Published: 2019-05-16 03:18:16 BdST
The executive order invokes the International Emergency Economic Powers Act, which gives the president the authority to regulate commerce in response to a national emergency that threatens the United States. The order directs the Commerce Department, working with other government agencies, to draw up a plan for enforcement within 150 days.
The order, which has been under review for more than a year, is aimed at protecting the supply chain from "foreign adversaries to the nation's information and communications technology and services supply chain," said Commerce Secretary Wilbur Ross.
FILE PHOTO: The Huawei logo is pictured outside its Huawei's factory campus in Dongguan, Guangdong province, China, March 25, 2019. REUTERS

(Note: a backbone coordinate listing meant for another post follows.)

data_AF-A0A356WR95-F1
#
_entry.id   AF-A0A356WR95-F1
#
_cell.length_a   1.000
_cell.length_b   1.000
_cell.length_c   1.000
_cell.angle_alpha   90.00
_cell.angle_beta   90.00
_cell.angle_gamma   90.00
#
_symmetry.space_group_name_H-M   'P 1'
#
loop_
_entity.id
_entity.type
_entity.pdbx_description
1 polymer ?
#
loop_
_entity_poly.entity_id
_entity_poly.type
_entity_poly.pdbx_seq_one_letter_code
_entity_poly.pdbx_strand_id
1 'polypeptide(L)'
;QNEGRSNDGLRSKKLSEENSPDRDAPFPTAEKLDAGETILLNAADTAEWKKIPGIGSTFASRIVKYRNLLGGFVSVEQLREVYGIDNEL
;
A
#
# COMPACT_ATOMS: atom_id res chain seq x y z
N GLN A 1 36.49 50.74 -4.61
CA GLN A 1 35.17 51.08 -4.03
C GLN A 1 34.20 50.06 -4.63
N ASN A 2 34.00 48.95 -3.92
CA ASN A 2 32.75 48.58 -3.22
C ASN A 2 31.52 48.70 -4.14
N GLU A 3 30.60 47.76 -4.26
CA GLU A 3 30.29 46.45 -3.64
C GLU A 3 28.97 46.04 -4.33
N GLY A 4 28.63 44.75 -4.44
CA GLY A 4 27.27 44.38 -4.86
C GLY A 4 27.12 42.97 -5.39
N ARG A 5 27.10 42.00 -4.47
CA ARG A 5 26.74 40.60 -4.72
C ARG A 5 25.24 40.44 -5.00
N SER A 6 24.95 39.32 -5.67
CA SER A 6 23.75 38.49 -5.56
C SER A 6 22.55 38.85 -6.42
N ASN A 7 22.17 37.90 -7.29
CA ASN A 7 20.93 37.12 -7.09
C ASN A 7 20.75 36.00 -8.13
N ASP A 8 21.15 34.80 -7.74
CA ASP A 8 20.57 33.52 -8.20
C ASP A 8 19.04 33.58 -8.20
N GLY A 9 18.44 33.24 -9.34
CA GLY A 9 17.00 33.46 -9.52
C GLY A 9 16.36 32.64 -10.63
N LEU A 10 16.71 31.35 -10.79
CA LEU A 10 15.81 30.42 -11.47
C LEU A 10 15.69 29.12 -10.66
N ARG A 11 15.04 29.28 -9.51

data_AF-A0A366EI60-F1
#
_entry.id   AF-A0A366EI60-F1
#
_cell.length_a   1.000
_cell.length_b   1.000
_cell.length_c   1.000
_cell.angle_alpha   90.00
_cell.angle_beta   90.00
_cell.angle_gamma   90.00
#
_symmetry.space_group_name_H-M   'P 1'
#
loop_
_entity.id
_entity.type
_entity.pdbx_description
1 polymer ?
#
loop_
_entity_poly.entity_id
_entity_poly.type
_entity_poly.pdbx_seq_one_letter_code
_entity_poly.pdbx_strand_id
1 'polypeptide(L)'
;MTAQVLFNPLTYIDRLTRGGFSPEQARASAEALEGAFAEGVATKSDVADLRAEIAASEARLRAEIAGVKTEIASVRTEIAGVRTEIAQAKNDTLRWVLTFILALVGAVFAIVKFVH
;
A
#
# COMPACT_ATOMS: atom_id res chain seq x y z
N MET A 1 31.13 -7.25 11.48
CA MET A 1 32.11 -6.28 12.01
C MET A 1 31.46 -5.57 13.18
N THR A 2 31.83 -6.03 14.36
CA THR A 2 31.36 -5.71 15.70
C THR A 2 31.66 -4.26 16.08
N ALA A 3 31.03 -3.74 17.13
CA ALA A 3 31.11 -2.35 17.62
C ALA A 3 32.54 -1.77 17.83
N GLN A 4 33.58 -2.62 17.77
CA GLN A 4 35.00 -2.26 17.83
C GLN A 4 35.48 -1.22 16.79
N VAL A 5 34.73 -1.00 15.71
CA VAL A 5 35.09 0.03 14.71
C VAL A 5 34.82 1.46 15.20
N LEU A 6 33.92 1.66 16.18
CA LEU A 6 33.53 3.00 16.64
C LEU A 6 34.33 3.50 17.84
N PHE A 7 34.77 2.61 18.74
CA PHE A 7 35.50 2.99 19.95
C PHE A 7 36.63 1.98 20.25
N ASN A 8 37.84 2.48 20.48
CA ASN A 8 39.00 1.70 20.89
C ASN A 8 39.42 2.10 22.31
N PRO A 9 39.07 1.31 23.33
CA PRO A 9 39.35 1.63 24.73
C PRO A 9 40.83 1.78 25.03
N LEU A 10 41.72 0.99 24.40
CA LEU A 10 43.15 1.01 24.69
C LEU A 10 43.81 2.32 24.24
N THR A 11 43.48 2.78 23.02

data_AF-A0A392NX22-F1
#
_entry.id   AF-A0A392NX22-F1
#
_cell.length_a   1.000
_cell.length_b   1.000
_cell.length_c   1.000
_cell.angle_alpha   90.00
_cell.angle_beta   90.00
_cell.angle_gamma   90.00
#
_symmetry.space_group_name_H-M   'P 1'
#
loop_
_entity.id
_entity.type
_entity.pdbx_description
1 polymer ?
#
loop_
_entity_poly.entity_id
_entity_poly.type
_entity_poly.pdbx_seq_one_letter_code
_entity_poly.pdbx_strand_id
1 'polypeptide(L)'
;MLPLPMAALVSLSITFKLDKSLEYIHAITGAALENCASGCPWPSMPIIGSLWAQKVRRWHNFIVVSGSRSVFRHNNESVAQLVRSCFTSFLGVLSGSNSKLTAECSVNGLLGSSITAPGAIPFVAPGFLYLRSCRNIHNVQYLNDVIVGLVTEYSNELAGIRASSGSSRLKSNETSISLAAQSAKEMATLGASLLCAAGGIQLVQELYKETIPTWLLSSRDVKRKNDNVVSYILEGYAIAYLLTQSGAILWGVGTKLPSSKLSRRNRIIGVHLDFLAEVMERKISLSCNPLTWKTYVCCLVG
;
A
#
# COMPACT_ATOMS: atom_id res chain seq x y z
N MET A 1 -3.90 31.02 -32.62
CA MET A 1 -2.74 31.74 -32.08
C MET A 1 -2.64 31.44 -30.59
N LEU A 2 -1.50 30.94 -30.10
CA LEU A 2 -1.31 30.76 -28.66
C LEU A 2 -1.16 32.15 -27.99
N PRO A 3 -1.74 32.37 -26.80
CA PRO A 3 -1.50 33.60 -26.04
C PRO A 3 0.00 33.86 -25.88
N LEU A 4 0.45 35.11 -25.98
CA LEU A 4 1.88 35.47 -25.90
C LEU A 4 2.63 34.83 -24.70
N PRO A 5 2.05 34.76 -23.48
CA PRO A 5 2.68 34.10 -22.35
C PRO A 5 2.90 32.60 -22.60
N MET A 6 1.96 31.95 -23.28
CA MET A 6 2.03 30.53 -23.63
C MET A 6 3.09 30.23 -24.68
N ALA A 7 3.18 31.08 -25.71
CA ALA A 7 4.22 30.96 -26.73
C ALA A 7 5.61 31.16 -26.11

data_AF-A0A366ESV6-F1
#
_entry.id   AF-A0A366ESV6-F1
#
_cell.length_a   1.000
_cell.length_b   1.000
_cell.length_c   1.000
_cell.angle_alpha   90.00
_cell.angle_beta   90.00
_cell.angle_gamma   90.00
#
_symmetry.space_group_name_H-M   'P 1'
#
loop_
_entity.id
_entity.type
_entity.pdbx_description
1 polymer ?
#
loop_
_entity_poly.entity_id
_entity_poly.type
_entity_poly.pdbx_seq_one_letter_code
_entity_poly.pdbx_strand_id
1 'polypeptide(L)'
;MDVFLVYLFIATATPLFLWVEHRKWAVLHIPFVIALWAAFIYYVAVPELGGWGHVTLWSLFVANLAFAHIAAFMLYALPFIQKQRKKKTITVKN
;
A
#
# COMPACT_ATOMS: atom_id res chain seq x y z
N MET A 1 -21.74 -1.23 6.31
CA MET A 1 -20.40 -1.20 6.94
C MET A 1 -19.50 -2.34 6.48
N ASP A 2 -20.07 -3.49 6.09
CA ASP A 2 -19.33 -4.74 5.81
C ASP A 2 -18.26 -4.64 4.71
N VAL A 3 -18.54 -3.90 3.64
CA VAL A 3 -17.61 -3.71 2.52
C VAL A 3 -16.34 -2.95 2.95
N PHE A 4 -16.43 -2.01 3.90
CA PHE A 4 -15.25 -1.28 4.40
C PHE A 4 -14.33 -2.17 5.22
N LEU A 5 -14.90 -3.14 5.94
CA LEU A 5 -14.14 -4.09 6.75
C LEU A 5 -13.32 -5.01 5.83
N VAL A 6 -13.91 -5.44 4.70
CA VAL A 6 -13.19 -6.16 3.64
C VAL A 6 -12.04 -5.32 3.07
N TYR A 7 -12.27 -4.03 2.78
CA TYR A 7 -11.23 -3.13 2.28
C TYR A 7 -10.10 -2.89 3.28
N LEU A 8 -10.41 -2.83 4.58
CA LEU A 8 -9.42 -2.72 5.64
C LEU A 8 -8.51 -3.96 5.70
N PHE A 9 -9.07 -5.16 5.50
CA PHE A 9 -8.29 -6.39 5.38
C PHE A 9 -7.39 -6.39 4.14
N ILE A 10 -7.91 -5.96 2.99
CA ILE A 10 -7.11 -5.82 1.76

Reuters reported on Tuesday that Trump was expected to take action on the long-awaited proposal this week. The order does not specifically name any country or company, but US officials have previously labelled Huawei a "threat" and actively lobbied allies to not using Huawei network equipment in next generation 5G networks.
The executive order comes at a delicate time in relations between China and the United States as the world's two largest economies ratchet up tariffs in a battle over what US officials call China's unfair trade practices.
Washington believes equipment made by Huawei could be used by the Chinese state to spy. Huawei, which has repeatedly denied the allegations, did not immediately comment.
The United States has been actively pushing other countries not to use Huawei's equipment in next-generation 5G networks that it calls "untrustworthy." In August, Trump signed a bill that barred the US government itself from using equipment from Huawei and another Chinese provider, ZTE Corp.
Federal Communications Commission Chairman Ajit Pai, who has called Huawei a threat to US security, said Wednesday that "given the threats presented by certain foreign companies’ equipment and services, this is a significant step toward securing America’s networks."